The biggest adjustment is the lack of buttons - don’t worry, there’s no touchscreen in sight (whoever thought touchscreens were a good idea on a running watch was never a runner), but instead there’s a dial on the top right, and a single button on the bottom right of the watch. Let’s talk about the dial straight away - it took me a few minutes to figure out what was going on...that’s it. Now about 6-8 weeks on, I quite like it - I can't imagine going back to basic buttons. It is definitely easier and quicker than pressing a button a bunch of times. The first few times I ran with it, I found the dial cumbersome to change screens while running, but once I got used to it, I definitely prefer it. The lack of buttons on the left side of the watch also adds to the sleek look of the Apex.

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Navigation of the different screens and menus is easy - depending on the watch layout you choose (it’s easy to switch between layouts - I’ll get to that later), there’s a stack of information on the home screen - personally I’m interested in my step count each day (especially given I sit at a desk all day), and as a photographer I’m interested in sunrise and sunset times each day. I thought some other info included could be a bit gimmicky - like altitude, but then I did find myself looking at it on a recent trip to Falls Creek (where we were regularly over 1400m).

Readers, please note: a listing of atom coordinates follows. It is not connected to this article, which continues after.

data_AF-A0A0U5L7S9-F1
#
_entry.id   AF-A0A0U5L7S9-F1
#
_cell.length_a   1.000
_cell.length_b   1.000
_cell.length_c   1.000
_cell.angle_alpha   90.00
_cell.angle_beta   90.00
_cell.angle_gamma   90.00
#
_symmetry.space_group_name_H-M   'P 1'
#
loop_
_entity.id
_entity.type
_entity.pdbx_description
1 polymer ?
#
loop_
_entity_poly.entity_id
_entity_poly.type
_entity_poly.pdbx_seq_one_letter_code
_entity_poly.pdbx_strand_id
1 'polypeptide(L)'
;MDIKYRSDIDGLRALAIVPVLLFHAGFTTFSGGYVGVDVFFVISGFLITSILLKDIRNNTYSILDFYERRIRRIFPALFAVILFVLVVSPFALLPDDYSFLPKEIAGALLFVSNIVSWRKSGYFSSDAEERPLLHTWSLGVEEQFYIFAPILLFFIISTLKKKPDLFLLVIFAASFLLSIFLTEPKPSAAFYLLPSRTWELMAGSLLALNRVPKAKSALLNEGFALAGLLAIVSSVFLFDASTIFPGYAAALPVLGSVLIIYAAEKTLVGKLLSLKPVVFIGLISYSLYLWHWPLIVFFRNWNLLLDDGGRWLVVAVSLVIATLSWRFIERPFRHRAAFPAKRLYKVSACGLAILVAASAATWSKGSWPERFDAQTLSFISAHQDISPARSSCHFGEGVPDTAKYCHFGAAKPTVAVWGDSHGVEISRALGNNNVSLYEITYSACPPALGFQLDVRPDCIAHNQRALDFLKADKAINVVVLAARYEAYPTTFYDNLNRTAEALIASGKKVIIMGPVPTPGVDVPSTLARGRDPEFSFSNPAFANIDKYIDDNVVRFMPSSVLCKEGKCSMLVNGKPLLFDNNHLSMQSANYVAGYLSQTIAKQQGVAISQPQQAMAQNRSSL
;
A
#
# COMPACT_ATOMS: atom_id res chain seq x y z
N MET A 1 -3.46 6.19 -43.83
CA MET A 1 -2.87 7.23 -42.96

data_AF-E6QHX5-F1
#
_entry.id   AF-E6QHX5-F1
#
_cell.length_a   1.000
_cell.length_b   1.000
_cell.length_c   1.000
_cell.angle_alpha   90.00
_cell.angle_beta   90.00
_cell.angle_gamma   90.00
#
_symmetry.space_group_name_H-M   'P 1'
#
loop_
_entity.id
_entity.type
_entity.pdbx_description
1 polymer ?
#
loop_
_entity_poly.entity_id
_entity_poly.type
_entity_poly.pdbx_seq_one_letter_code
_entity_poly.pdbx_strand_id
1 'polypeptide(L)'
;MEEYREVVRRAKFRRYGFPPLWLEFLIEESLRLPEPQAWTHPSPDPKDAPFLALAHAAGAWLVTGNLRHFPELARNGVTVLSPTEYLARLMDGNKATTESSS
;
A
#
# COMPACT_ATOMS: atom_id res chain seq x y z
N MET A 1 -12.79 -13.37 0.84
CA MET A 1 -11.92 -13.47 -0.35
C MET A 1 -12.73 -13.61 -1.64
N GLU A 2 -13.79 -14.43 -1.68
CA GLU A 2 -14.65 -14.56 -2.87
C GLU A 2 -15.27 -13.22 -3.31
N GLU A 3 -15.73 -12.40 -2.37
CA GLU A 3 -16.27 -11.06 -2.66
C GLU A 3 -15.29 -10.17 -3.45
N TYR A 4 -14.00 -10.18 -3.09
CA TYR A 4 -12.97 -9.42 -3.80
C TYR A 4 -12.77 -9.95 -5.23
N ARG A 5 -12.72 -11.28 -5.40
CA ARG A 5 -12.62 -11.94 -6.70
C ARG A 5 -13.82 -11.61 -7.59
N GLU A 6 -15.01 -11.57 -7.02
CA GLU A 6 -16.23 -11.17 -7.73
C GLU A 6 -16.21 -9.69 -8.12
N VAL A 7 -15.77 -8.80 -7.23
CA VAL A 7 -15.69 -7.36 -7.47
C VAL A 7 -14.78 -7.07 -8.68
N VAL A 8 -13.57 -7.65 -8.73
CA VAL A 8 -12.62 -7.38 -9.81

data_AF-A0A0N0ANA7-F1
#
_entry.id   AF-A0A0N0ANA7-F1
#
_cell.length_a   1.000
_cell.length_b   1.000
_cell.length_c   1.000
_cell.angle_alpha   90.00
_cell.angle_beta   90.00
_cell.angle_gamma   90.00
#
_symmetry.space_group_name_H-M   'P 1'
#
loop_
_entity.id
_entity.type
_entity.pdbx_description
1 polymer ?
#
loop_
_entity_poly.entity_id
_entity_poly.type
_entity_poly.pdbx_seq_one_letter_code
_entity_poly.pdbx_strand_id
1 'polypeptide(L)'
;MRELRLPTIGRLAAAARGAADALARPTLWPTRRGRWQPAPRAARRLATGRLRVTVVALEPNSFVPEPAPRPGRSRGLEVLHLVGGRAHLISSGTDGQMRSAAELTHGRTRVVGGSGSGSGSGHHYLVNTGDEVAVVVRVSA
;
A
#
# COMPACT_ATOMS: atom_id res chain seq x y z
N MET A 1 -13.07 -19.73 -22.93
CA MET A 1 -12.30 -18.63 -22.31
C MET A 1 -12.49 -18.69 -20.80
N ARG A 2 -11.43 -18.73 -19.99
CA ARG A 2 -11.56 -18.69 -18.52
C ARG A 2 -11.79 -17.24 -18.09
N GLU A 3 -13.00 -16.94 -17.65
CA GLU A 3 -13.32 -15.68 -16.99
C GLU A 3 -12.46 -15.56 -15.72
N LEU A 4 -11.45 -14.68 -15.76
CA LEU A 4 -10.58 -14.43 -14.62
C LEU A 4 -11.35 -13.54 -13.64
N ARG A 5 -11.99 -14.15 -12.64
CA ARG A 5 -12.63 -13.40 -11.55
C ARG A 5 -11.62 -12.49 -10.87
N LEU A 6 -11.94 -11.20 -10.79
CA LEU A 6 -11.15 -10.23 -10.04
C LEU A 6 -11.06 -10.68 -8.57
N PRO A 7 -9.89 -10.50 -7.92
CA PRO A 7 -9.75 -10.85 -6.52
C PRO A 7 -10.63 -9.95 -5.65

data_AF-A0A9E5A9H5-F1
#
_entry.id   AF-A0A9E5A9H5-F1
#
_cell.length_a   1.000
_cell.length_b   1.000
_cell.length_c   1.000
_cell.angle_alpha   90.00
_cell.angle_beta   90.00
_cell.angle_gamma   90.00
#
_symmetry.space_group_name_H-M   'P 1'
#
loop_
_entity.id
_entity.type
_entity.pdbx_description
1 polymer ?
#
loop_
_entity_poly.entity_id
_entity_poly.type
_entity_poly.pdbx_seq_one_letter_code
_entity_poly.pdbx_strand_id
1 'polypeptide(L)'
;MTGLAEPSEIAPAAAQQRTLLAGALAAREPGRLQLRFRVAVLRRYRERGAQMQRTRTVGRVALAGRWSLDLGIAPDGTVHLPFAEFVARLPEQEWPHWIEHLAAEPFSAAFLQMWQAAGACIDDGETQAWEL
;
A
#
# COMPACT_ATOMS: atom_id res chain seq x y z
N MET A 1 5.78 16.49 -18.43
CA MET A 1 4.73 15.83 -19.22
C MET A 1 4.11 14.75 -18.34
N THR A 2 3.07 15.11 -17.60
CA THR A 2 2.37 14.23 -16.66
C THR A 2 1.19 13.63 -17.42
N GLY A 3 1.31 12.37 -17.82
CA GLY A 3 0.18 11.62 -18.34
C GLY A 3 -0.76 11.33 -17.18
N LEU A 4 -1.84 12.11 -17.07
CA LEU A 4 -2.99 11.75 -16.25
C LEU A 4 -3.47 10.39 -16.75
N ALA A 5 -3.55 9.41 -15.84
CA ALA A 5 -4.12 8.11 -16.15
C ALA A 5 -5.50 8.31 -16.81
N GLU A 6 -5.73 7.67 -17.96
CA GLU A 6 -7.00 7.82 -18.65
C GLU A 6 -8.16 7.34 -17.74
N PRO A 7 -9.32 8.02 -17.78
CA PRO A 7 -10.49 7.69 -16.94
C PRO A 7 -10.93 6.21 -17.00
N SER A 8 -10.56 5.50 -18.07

You turn the dial to unlock the screen, then press it to get to your activity screen. Here you can choose your activity type - the ones for me were running, trail running, and track running. You can also access any workouts you’ve sent to the watch, or you can create basic workouts on the watch itself.

On that, custom workouts is a must-have feature for me in a watch. I’m a marathoner, and my coach will set me new workouts every week - rarely do I do exactly the same workout more than twice in a marathon block. The basic interval feature on the Apex allows me to set up a session on the watch in less than a minute. It will let me set a warm up, interval length and quantity, recovery, and cool down - I can’t set custom pace zones in this basic interval screen, but for longer efforts like thresholds where I can fluctuate a few seconds per km, it’s all I need. An example - last week I had a workout that was 30 seconds hard, 90 seconds easy - repeated 15 times. The 30 second intervals weren’t about hitting an exact pace, just getting up on my toes, fast and controlled. I was able to program this into the Apex faster than I could tie my shoes.